Public relations has been around for a long time, believe it or not, some say thousands of years. While it was not always called "public relations", maybe people did not even have a word for it, the concept of PR was even practiced back in Caesar's day.
In the wonderful year of 50 BC, Caesar wrote the first campaign bio. He talked about his military victories to show he would be the best leader.
In 394 AD, St. Augustine was one of the first people to be in a PR role, he was basically the modern day equivalent of the President's PR Secretary since he was a rhetoric professor in Milan; he would inform the emperor of news and was in charge of propaganda.
During the Revolutionary War, Thomas Paine wrote "The Crisis", which was a small pamphlet that was intended to convince the colonial troops to stay and fight instead of deserting. The pamphlet worked and they obviously won the war. Paine became a political propaganda guru.
Benjamin Franklin was one of the first people to lay some ground rules for things like public relations, despite the term not being around yet. He used the printing press for some of his works and it worked. He also had his rule of not contradicting others or himself.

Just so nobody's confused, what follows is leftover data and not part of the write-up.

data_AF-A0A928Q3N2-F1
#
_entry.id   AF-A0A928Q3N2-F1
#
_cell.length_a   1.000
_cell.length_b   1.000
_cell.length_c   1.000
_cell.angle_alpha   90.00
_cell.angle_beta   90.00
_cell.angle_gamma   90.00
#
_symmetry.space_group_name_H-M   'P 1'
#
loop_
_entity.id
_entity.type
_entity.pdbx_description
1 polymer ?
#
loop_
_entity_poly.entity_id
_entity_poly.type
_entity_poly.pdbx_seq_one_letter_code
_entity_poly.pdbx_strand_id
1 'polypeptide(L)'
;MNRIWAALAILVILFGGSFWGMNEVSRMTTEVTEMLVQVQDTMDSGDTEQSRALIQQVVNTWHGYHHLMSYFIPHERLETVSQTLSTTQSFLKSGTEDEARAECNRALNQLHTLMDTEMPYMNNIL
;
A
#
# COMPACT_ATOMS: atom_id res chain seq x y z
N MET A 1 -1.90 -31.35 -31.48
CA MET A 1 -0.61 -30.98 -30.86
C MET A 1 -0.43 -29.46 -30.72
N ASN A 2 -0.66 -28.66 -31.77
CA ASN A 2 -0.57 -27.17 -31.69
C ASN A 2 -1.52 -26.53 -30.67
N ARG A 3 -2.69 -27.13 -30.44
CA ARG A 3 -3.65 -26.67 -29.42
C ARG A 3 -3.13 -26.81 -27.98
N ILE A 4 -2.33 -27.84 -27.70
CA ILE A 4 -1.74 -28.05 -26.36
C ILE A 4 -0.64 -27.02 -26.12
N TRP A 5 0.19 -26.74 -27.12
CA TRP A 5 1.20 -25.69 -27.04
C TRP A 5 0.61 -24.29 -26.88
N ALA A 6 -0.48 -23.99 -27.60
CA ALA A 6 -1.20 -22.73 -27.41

William Seward was Lincoln's Secretary of State and would garner mass audiences via the press; one of the biggest molds for current franchise PR that we see today. He would regularly communicate with the newspapers.
Ivy Lee was one of the founding fathers of modern day PR, including franchise public relations, as he was able to help John D. Rockefeller with PR for his mines and railroads. His job was to help JDR hush up the news when one of JDR's mines was on strike or one of his trains was involved in an accident. It was Lee's idea for JDR to visit the miners, hear complaints, improve conditions, and win their hearts. He also helped Rockefeller's railroads get positive press coverage. Lee believed in telling the truth, giving honest and accurate facts, and letting the PR have access to those in charge.
Edward Bernays also helped PR make a big leap forward. He mentioned that PR had some principals: interpret the company to the public and interpret the public to the company. This would promote the client and then allow the company to win approval of the public. Bernays did not believe in accepting unethical clients.
Public relations has a lot of history behind it and knowing the history can give us a greater understanding of PR. We all need PR and its powers are meant to help any business. Contact a Chicago PR agency today.